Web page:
Related:JPMorgan Chase’s Sandhya Sridharan Talks Empowering Engineers

Continuous testing encourages testing at each stage of the software development lifecycle, allowing you to pick up on problems as soon as they arise and before they’re deployed to the next environment. While adding an additional check at the deployment stage may seem counterintuitive to the continuous deployment practices of DevOps teams, it makes for faster releases on the whole as you can be confident that quality has been continuously checked. Continuous testing also reinforces constant communication, as you’ll quickly get critical feedback that you can feed into your current development work.

Exploratory Testing

The rising complexity of software development encourages us to create more structure throughout the development lifecycle, in an attempt to maintain visibility and accuracy. While some aspects of testing are rightfully structured -- such as defined test cases based on user stories, and test data defined on those test cases themselves -- you need to give yourself the space and resources for random, “exploratory” testing too.

Related:Understand and Manage Software Release Cycles

Exploratory testing has no structure and testers should treat the test environment as a playground, testing intuitively rather than according to a planned script. This allows you to uncover defects or bugs which wouldn’t have been picked up by your structured testing process. As exploratory testing relies on an individual tester’s intuition and creativity, the wider the range of roles and experiences that are reflected in this testing process, the better. DevOps’ constant emphasis on breaking down silos and encouraging cross-team collaboration can be a great asset for teams looking to employ exploratory testing.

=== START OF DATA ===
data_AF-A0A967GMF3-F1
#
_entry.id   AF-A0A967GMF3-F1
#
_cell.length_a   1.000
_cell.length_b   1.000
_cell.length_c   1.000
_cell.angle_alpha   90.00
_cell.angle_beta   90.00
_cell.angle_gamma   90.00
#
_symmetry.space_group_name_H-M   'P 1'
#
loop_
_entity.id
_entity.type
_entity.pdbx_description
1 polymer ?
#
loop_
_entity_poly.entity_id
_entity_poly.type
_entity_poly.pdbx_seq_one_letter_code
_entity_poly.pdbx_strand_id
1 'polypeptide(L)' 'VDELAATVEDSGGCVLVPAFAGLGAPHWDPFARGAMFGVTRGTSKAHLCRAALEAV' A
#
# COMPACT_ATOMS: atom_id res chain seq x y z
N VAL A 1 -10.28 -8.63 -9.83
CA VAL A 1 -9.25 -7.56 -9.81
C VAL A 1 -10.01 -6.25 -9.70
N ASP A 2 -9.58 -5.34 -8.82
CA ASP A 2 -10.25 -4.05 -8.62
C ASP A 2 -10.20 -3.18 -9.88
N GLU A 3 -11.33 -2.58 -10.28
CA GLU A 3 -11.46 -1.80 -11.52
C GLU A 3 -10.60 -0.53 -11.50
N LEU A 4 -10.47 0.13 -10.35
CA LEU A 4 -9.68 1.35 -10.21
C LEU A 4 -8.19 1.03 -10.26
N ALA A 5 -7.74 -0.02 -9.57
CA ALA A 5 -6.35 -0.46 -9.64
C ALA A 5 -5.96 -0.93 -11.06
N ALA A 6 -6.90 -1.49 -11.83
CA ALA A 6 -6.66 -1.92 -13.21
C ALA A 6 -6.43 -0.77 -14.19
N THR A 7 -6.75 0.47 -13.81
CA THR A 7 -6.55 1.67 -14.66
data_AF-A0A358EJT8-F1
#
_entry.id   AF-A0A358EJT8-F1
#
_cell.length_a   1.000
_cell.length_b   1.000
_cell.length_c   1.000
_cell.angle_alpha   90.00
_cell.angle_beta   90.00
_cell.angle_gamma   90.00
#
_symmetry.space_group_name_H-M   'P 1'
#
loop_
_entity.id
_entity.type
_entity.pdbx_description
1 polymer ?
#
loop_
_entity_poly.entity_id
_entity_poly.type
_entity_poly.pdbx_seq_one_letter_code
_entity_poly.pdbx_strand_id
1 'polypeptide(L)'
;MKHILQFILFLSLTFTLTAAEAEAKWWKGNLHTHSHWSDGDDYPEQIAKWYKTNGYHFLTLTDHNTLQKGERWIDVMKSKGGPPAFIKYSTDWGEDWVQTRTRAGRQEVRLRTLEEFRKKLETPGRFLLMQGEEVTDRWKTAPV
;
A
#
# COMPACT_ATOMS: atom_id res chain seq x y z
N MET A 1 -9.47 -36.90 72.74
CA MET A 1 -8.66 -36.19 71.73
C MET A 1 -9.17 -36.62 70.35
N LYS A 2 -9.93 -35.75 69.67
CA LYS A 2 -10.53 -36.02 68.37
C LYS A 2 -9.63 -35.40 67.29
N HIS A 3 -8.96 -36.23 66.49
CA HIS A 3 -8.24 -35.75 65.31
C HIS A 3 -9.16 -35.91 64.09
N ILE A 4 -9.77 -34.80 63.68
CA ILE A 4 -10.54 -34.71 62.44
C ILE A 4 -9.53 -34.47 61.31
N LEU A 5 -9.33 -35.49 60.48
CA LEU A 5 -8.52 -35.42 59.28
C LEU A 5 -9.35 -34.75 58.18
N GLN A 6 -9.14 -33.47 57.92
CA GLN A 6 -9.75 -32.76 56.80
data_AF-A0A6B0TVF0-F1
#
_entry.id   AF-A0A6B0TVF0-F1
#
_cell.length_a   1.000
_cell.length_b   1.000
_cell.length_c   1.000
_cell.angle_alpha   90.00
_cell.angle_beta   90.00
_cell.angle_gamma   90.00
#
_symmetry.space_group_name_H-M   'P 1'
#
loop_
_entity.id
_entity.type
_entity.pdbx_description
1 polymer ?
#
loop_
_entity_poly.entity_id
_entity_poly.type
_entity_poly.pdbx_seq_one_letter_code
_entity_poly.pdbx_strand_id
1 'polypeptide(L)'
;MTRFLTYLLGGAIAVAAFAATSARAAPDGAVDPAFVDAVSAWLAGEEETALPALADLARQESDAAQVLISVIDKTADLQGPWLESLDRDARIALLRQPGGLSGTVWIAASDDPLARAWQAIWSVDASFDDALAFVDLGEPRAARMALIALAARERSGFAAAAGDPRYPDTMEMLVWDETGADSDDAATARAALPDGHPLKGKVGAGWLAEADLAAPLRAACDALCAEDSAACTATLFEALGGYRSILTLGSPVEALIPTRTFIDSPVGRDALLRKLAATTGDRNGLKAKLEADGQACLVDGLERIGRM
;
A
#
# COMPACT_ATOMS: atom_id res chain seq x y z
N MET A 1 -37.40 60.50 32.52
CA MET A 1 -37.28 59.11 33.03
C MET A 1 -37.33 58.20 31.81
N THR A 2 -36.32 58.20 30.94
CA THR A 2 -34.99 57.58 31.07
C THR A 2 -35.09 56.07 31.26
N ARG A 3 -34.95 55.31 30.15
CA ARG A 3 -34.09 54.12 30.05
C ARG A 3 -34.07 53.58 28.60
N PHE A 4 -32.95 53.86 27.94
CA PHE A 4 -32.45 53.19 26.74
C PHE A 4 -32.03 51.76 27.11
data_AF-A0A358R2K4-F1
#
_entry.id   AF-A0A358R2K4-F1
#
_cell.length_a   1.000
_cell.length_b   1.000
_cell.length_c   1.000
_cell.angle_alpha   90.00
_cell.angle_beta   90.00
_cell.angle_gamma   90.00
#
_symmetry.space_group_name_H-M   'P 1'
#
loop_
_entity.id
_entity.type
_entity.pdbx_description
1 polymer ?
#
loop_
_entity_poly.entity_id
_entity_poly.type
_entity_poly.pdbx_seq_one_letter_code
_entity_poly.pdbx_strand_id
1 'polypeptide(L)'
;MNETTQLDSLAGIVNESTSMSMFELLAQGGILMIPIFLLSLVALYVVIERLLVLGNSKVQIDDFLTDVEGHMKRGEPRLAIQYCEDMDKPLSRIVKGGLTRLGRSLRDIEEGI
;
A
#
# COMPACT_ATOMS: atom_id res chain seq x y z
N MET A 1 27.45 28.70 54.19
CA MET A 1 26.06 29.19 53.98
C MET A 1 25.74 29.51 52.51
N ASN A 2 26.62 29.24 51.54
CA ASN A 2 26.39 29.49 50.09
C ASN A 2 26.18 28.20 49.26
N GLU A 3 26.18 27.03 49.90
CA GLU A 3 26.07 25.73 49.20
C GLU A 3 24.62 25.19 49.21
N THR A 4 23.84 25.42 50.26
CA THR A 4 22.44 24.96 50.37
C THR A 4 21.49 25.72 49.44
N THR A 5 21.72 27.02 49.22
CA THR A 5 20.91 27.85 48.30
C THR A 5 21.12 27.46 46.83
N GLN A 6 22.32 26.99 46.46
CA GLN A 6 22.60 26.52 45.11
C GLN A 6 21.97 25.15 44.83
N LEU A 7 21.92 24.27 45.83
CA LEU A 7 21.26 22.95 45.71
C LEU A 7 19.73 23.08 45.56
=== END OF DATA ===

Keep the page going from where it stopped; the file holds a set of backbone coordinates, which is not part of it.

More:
Artificial Intelligence and Machine learning

Though the rise of exploratory testing highlights the need for free will of human testing, artificial intelligence and machine learning may become useful in reducing some workloads, such as the automation of repeatable tests. This way, you can design test cases and be assured that the automation is simply applying that logic to easily repeatable tasks. If you can get simpler, repeatable tests handled for you, you have more time to focus on the complex.

Tackle Complexity

As always, DevOps teams and their businesses will be ambitious for the new year. While testing improvements may not seem like a top priority for the new projects you’re planning, it may be the key to better results. As comprehensive testing improves the accuracy of deployments, reinforces communication, and mitigates risk, it will allow you to tackle complex business and user needs without being stalled by software development and process blockers.

About the Author(s)

Rob Cowell

DevOps Advocate , Gearset

Rob Cowell has almost two decades of experience in Salesforce Development, Technical Solution Design, and Heroku. Now working as a DevOps Advocate at Gearset, he follows the latest DevOps trends to help organizations transform their development lifecycles.